There is a large unmet demand for cycling from ethnic minority and disadvantaged groups, says a new report.
Cycling for Everyone, a report by active travel charity Sustrans and consultant Arup, highlights inequalities within cycling participation in urban areas between different demographics, including those from ethnic minority groups, women, disabled people, older people, and those at greater risk of deprivation.
Cycling took off during the pandemic, being recognised as a safe and socially distanced way for people to get exercise and as a means to travel to work and for other essential journeys. However, 74% of people from ethnic minority groups living in cities and towns do not currently cycle. Despite low participation levels, the report found 55% of people from ethnic minority groups who do not currently cycle would like to start. This compares to 37% of White people.
The report states cycling policy has too often served the needs of people that are more likely to already cycle, people that are already privileged in society.
Susan Claris, Global Active Travel Leader at Arup and report co-author, said: “The health, wellbeing and social benefits of cycling in our towns and cities are clear. But these benefits are not equally felt by everyone, and we need to do more to ensure that cycling truly is accessible for all. This guidance supports a move away from designing cities for people who already cycle, or have power and privilege. Instead, we need to use our collective skills, expertise and ambition as a sector to start designing cycling for everyone.”
The COVID-19 pandemic has brought to light many disparities within society, with people from ethnic minority groups and other disadvantaged communities being and over-represented within the . However, very few cycling strategies and plans exist that focus on people and the diversity of people cycling.
The report states that the transport sector is not doing enough to address the barriers people from ethnic minority groups and other disadvantaged communities face. While people want to cycle, there is often a lack of data on who is cycling, the report states.
There is a large potential to engage others: 55% of people from ethnic minority groups who never cycle would like to start; and 38% of people at risk of deprivation, 36% of women, and 31% of disabled people who do not cycle say they would like to give it a go.
Sustrans and Arup believe that tackling safety, through protected cycle lanes and low-traffic neighbourhoods, is critical.
Their report highlights a lack of confidence, security, as well as the financial outlay of purchasing a cycle as being some of the barriers that are more likely to prevent those from ethnic minority groups and other disadvantaged communities from cycling:
In order to address these barriers, the report makes recommendations which aim to help to work towards reducing inequalities within cycling. While challenges exist between different demographic groups, including between different ethnic minority groups, the report finds many of the barriers to increasing diversity in cycling are shared.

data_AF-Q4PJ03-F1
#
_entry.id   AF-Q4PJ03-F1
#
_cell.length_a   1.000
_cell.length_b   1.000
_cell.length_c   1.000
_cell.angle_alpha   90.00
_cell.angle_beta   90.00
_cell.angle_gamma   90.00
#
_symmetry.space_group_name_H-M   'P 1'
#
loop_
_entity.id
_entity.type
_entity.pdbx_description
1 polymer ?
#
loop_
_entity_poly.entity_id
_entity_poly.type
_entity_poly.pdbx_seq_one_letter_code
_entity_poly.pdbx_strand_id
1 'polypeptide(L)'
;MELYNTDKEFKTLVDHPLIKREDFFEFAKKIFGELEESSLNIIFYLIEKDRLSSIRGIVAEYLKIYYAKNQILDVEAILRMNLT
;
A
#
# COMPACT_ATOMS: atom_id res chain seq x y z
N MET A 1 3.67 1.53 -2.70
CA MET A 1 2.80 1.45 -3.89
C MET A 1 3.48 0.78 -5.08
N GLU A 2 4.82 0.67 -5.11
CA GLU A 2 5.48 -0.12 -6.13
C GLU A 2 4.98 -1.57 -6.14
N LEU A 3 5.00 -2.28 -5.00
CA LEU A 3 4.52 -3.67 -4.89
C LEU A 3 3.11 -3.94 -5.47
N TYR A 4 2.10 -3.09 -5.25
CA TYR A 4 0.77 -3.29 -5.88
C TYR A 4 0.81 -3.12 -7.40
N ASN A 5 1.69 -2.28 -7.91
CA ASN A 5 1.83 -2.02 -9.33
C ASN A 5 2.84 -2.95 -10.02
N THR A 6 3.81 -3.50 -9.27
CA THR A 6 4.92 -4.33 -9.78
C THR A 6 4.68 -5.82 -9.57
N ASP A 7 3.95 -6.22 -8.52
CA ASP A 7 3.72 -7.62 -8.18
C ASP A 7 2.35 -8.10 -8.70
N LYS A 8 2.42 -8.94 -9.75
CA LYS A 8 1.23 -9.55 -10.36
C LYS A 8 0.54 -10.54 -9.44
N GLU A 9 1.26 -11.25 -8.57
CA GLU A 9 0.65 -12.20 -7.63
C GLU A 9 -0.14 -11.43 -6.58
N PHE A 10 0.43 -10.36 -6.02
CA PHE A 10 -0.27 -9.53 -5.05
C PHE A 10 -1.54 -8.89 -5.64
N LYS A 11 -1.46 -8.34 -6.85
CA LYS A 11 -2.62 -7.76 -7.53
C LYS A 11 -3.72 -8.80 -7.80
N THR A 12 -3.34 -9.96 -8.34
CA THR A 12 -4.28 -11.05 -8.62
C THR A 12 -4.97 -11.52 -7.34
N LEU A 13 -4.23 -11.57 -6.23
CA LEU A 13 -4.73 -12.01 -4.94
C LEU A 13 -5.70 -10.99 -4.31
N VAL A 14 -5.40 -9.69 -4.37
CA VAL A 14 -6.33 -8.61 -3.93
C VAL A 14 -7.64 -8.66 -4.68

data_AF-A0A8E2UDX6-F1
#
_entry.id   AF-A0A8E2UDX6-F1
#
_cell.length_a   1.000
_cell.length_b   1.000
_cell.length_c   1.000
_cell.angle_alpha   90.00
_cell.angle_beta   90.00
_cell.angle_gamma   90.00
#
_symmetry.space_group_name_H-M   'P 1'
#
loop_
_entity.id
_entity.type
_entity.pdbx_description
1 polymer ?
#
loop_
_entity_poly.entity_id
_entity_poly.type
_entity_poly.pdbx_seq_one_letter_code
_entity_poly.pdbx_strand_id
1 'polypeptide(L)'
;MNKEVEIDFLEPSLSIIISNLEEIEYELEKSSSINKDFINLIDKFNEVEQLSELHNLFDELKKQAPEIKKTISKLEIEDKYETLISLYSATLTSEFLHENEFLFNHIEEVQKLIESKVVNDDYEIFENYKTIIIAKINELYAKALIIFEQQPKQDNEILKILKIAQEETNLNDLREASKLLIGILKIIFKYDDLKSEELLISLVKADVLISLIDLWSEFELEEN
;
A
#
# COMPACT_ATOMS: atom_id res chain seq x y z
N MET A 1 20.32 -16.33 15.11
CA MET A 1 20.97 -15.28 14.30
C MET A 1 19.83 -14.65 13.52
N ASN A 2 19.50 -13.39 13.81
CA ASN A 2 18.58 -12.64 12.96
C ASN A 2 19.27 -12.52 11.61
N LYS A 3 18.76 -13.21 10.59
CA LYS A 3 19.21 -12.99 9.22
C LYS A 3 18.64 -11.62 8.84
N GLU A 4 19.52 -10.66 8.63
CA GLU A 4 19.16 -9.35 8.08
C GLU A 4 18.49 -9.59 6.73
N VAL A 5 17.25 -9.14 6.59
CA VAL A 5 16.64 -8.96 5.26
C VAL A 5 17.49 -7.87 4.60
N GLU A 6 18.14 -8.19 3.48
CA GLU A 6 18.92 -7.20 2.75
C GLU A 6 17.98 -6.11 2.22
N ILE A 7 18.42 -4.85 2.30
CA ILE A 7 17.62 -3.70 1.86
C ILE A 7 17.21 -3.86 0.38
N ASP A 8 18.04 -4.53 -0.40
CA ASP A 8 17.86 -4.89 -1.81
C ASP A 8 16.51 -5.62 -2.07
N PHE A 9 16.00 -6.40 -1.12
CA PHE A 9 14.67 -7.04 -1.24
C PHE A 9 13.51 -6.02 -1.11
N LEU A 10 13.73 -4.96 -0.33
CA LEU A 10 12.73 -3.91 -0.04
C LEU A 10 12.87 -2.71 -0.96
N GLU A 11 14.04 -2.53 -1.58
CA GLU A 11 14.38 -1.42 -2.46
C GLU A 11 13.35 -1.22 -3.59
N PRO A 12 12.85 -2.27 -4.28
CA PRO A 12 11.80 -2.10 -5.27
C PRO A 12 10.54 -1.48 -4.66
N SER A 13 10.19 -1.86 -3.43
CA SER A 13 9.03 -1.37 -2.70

Key recommendations highlighted in the report include an extension of the UK Government’s Cycle to Work Scheme to include those in low-income jobs, as well as support to those not in employment, to ensure that cost is not a barrier for .
The report also urges the need for improvements in secure cycle storage in residential areas, and particularly for flats and high-rise buildings where storing a cycle inside may prove challenging.
To improve confidence free cycle training needs to be provided to all children and adults, and cycling infrastructure expanded to reach areas where transport options are poor and high traffic levels exist.
Daisy Narayanan, Director of Urbanism at Sustrans, said: “This report brings to light that for too long, the needs of so many have been ignored within cycle planning and development. In order to work towards real change and make cycling more inclusive, we call upon the industry, local authorities and central government to welcome and support all people to cycle. It is only when we move away from exclusively designing towns and cities for those who already have access to move through spaces with ease, can we really create equitable places to live and work.”
The guide outlines a series of recommendations for local and national governments under three themes.
The report has been welcomed by Jools Walker, author of 'Back in the Frame' and cycling blogger said: “If widening participation and improving planning for more marginalised groups to get into cycling is a goal, then all of these voices need to be given the platform to be heard, ensuring that the decisions made are rounded, informed and of course, genuinely representative.
“There has to be a significant shake-up within this sector if we're going to change it. It's a huge step to admit that you've 'got it wrong' in the past, but I challenge the transport sector to do more.”
The report was published in the same week Prime Minister Boris Johnson publically recognised that obesity could increase the risk of serious illness and death from COVID-19, which has prompted a new Government obesity strategy.
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